Atma or Atman, the Individual Self in Hinduism
A fundamental difference between Hinduism and Buddhism is that Hinduism believes in an eternal soul whereas Buddhism does not believe in it. Buddhism regards the Self in the being as transient and identifies it as the not-Self or Anatma (Anatta). The Buddhist Anatma is an aggregate of parts, not an indivisible whole. It becomes dissolved into an indefinable state upon Nirvana.
Jainism believes that souls (atmas) are distinguishable by their form as well as size and possess materiality. Some souls are extremely minute and may live in clusters while some, which reside in large animals such as elephants are much larger. The bound souls are subject to transmigration but the liberated souls are all knowing and reside in the highest realm of the universe.
In Hinduism, atma means that which breathes. In the early Vedic literature, Atma was identified with breath (prana). Since breath is vital to the continuation of life in the body and the functioning of other organs, it is considered the lord of the body. In the subsequent literature, the Self is identified as the lord (Isvara) and breath as a deity (Vayu).
According to Hinduism and its various schools such as Samkhya and Yoga each being possesses a Self (Atma) and a not-Self (Anatma). The Self remains hidden in the body (the not-Self), which is made up of the finite realities (tattvas) of Nature such as the senses, the mind, the ego, etc., and may contain both gross and subtle bodies or only subtle bodies.
The Upanishads describe the Self as lord who lives inside the city of nine or eleven gates or openings. The Yogasutras (2.5) declares that in the state of ignorance (avidya) one perceives the transient, impure and painful not-self as the eternal, pure, joyful Self. Attachment to not-self and identification with it lead to bondage and suffering.
The body exists for the enjoyment of the Self. The individual Self is a replica of the Cosmic Self or Purusha. Hence it also goes by the name Purusha (the Universal Male).
According to Saivism in the phenomenal world called Samsara, the individual Self is subject to the impurities of egoism (anava), delusion (moha) and attachments (pasas).
The Upanishads abound in the descriptions of Self. A closer study reveals that the concept of Self in the Upanishads emerged overtime through different phases of understanding from that of a breathing self to an eternal Self.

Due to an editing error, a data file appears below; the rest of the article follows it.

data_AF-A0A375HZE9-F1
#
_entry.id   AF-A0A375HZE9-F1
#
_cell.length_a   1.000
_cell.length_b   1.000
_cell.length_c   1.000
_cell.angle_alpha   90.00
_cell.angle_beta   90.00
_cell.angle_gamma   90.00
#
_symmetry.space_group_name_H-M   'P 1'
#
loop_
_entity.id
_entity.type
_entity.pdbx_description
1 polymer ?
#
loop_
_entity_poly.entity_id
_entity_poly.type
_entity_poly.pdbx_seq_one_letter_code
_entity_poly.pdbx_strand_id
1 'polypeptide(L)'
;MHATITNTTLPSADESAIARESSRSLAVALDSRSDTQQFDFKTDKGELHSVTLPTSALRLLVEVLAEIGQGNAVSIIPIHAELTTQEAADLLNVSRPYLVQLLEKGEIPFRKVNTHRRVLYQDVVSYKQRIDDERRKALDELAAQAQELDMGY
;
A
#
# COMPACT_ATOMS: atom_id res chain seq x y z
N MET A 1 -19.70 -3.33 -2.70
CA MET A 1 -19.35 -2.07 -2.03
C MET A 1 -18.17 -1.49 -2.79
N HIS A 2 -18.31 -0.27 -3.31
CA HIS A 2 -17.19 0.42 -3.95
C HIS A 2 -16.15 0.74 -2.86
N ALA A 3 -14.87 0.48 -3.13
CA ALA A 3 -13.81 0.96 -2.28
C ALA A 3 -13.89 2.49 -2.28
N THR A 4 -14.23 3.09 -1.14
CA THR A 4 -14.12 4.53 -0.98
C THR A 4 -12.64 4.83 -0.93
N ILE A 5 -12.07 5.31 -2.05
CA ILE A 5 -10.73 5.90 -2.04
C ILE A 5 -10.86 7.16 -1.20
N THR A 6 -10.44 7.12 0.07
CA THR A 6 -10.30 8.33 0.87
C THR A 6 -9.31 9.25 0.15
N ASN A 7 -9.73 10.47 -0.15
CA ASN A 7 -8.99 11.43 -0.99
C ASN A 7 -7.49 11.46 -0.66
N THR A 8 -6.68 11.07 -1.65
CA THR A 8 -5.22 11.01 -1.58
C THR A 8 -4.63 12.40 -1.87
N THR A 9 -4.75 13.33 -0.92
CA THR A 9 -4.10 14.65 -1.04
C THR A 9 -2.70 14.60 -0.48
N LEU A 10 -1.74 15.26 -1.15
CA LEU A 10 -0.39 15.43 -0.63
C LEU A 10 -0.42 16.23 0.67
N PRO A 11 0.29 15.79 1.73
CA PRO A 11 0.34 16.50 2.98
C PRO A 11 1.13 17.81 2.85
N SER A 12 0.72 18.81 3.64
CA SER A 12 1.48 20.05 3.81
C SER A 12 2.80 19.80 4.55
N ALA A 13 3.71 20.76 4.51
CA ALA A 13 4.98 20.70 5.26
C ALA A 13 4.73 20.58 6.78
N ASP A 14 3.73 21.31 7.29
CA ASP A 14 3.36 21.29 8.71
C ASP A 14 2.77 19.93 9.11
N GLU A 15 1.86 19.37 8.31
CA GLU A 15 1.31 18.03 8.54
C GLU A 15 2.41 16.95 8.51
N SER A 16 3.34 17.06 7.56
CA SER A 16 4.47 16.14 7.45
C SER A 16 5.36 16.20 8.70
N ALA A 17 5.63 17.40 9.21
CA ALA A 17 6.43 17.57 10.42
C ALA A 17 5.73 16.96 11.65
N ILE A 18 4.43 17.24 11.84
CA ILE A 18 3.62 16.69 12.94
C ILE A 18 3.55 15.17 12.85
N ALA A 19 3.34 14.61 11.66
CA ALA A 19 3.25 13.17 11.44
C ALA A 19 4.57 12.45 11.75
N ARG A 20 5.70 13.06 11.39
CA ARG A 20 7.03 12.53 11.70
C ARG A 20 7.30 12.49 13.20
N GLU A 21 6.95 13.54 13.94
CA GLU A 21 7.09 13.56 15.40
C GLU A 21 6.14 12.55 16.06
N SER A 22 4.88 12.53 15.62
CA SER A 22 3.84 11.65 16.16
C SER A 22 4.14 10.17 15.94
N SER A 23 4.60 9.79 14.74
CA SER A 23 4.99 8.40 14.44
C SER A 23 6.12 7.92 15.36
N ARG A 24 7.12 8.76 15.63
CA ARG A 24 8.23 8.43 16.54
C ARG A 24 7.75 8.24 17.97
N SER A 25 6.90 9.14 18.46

The Hindu concept of Self is different from the Judea Christian concept of soul. The Christian soul is subtle, but it has qualities and even a name and form. They are identifiable by their individual personalities at least until the Judgment Day.
In Hinduism, the Self in its boundless state is pure, eternal and without qualities, beingness or individuality. In the pure state as the liberated soul, it is indistinguishable from other Selves. However, in the embodied state or in the bound state it has both gross and subtle bodies, and like the Christian soul is identifiable.
According to Advaita, the individual soul is an illusion. It is the same Self which appears in the body as an embodied Self, but upon liberation it disappears into the universal Self just as the waves subside into the ocean.
There is no equivalent word for Atman in English. In English the word Self conveys a different meaning, but for lack of proper expression and convenience, we are accustomed to use the word soul for the Self.
Both contemporary and ancient literature of Hinduism abound in the descriptions of Atman, which is considered the ultimate essence of all existence. The following are few selected quotations on Atma or Atman.
Quotations on Atma, the Self
Suggestions for Further Reading
- Hindu Gods - Lord Ganesha
- God and Self in Hinduism
- Goddesses of Hinduism, Their Symbolism and Significance
- Purusharthas in Hinduism
- The History, Antiquity and Chronology of Hinduism
- Ashrama Dharma in Hinduism
- Hinduism and Buddhism
- Death and Afterlife in Hinduism
- Hinduism and Divorce
- Hinduism and Adultery
- Hinduism, Food and Fasting
- The Future of Hinduism
- Good and Evil in Hinduism
- The Hindu Marriage, Past and Present
- What is Maya in Hinduism?
- The Origin and Definition of Hindu
- Hinduism and Polygamy
- Hinduism and polytheism
- Hinduism and Premarital Relationships
- God and Soul, Atma and Paramatma, in Hinduism
- About Suicides in Hinduism
- Religious Tolerance in Hinduism
- Violence and Abuse in Hinduism
- Traditional Status of Women in Hinduism
- Ashtanga Yoga of Patanjali
- About Hanuman or Anjaneya
- Hinduism and Same-sex Marriage
- Perspectives on What Karma Means
- Hinduism - The Role of Shakti in Creation
- Significance of Happiness in Hinduism
- Hindu God Lord Shiva (Siva) - the Destroyer
- The Role of Archakas, Temple Priests, in Hinduism
- Hinduism - Gods and Goddess in the Vedas
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